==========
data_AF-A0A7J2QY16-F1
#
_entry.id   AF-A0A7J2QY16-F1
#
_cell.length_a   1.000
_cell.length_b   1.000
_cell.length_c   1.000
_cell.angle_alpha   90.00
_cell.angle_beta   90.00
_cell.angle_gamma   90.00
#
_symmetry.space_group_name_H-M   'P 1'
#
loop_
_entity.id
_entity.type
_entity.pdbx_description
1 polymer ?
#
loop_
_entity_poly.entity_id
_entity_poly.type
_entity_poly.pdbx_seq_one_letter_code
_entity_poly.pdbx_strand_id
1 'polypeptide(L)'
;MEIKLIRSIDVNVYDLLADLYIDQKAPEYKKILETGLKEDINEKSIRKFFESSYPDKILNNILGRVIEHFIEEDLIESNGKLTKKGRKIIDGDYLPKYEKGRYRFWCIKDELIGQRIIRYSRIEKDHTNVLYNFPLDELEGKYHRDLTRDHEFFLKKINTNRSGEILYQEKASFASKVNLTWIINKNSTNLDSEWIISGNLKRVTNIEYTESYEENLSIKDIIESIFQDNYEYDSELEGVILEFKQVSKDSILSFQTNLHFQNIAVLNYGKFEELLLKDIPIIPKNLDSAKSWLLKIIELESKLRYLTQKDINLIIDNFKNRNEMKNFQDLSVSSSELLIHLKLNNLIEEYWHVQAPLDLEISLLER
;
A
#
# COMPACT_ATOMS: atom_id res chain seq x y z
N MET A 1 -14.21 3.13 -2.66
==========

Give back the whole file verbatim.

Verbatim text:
data_AF-A0A7J2QY16-F1
#
_entry.id   AF-A0A7J2QY16-F1
#
_cell.length_a   1.000
_cell.length_b   1.000
_cell.length_c   1.000
_cell.angle_alpha   90.00
_cell.angle_beta   90.00
_cell.angle_gamma   90.00
#
_symmetry.space_group_name_H-M   'P 1'
#
loop_
_entity.id
_entity.type
_entity.pdbx_description
1 polymer ?
#
loop_
_entity_poly.entity_id
_entity_poly.type
_entity_poly.pdbx_seq_one_letter_code
_entity_poly.pdbx_strand_id
1 'polypeptide(L)'
;MEIKLIRSIDVNVYDLLADLYIDQKAPEYKKILETGLKEDINEKSIRKFFESSYPDKILNNILGRVIEHFIEEDLIESNGKLTKKGRKIIDGDYLPKYEKGRYRFWCIKDELIGQRIIRYSRIEKDHTNVLYNFPLDELEGKYHRDLTRDHEFFLKKINTNRSGEILYQEKASFASKVNLTWIINKNSTNLDSEWIISGNLKRVTNIEYTESYEENLSIKDIIESIFQDNYEYDSELEGVILEFKQVSKDSILSFQTNLHFQNIAVLNYGKFEELLLKDIPIIPKNLDSAKSWLLKIIELESKLRYLTQKDINLIIDNFKNRNEMKNFQDLSVSSSELLIHLKLNNLIEEYWHVQAPLDLEISLLER
;
A
#
# COMPACT_ATOMS: atom_id res chain seq x y z
N MET A 1 -14.21 3.13 -2.66